Modern HVAC systems are more technologically sophisticated than ever before, requiring a skilled and highly trained workforce to diagnose and fix faulty heaters or air conditioners. Proper training is a necessity in today’s competitive environment.
Contractor Excellence, a magazine dedicated to news and tips for HVAC professionals, recently published tips for how managers can create the most competitive workforce. Their advice? Invest in training, and it will pay dividends. According to the magazine:
These benefits include fewer callbacks, greater productivity and efficiency, higher profits, more satisfied customers, and increased word-of-mouth referrals. There are also benefits for the technicians, as training makes them feel more confident in their abilities, which leads to greater job satisfaction and less desire to look elsewhere for a job.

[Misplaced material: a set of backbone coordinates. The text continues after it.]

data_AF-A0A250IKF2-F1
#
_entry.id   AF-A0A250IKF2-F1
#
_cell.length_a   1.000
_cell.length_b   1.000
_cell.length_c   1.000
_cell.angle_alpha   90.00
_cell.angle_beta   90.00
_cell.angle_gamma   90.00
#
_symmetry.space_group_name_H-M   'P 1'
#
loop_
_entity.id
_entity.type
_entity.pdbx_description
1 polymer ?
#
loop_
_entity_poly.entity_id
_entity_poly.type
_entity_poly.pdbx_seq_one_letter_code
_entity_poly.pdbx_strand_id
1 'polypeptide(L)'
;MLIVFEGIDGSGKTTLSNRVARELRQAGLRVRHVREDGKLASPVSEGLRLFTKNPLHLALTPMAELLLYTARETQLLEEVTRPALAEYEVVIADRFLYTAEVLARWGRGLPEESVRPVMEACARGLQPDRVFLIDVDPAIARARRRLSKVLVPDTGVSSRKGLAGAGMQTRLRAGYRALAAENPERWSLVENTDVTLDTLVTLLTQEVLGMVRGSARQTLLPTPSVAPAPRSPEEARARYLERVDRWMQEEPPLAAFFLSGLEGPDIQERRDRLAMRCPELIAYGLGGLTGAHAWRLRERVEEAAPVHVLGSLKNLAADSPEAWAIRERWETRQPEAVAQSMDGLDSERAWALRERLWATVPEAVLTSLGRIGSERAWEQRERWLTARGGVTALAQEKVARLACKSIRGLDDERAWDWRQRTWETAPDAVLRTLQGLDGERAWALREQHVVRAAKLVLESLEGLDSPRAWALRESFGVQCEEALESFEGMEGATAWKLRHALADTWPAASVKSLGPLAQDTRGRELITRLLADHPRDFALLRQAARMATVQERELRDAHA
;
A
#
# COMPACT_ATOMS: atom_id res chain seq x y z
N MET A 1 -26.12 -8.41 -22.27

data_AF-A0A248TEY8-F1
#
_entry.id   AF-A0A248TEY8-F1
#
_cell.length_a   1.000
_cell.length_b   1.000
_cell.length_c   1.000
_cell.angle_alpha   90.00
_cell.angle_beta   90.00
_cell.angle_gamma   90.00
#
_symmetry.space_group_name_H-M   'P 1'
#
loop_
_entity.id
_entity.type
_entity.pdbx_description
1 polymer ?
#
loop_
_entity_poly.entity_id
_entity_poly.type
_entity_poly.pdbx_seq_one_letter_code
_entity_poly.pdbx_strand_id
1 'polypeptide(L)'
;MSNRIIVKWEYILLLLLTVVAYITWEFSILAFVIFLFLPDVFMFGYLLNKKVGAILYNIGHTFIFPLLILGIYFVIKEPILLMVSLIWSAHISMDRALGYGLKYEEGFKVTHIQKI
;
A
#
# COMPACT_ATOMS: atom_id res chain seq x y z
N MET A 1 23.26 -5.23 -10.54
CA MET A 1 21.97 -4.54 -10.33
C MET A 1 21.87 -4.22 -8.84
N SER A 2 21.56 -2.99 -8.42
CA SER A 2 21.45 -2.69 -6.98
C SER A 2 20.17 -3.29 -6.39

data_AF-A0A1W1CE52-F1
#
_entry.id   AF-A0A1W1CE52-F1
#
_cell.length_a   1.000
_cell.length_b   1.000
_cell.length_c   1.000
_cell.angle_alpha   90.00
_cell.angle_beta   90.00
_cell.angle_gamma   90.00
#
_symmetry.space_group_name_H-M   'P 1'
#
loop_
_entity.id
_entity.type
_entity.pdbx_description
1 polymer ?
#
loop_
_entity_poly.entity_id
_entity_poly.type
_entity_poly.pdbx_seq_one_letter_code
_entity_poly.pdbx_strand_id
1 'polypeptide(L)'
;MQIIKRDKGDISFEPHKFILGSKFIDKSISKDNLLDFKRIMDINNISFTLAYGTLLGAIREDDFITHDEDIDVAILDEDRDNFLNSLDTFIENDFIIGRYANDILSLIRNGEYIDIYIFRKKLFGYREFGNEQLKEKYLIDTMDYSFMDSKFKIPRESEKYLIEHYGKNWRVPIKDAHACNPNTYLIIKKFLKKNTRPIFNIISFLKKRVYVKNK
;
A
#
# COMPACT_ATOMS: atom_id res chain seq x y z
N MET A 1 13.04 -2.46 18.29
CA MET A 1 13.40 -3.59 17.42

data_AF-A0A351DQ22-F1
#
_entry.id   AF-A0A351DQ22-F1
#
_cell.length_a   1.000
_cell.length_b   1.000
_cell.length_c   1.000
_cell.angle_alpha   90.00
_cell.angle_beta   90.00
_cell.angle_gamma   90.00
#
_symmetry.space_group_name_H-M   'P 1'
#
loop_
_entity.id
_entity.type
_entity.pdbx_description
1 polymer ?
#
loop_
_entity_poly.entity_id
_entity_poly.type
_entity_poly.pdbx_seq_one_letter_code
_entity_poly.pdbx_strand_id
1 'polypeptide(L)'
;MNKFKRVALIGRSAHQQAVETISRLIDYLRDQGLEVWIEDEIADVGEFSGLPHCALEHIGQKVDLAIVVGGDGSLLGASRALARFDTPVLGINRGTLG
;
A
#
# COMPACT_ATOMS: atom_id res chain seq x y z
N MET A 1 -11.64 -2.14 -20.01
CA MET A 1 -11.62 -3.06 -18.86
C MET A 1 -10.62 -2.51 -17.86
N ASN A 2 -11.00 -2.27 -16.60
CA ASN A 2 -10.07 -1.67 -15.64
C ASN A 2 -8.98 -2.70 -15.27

‘Knowledge and experience are not the same thing’
The fundamentals of the job are still the same (“hot air is still hot air”), but today’s HVAC equipment requires a new skill set to service — which frankly, most HVAC technicians lack, according to multiple industry experts interviewed by Contractor Excellence. The proliferation of vendors and specialized equipment also adds to the complexity. Smartphones and tablets can help ease the know-how hurdles, but those devices require training as well to get technicians up to speed. This is an especially important consideration with techs fresh out of school where the curriculum might lag behind technology in the field.
For less tech-savvy HVAC and service organizations, online training programs are another way for managers to ensure their employees stay abreast of the latest industry trends. And sometimes the best advice is also the most obvious: make sure your employees read the training manual. It’s also possible to bring in outside firms to conduct employee training on all facets of business — technical and customer relations, including communications. After all, technicians have more customer contact than most other employees and are the “public face of a contracting company.”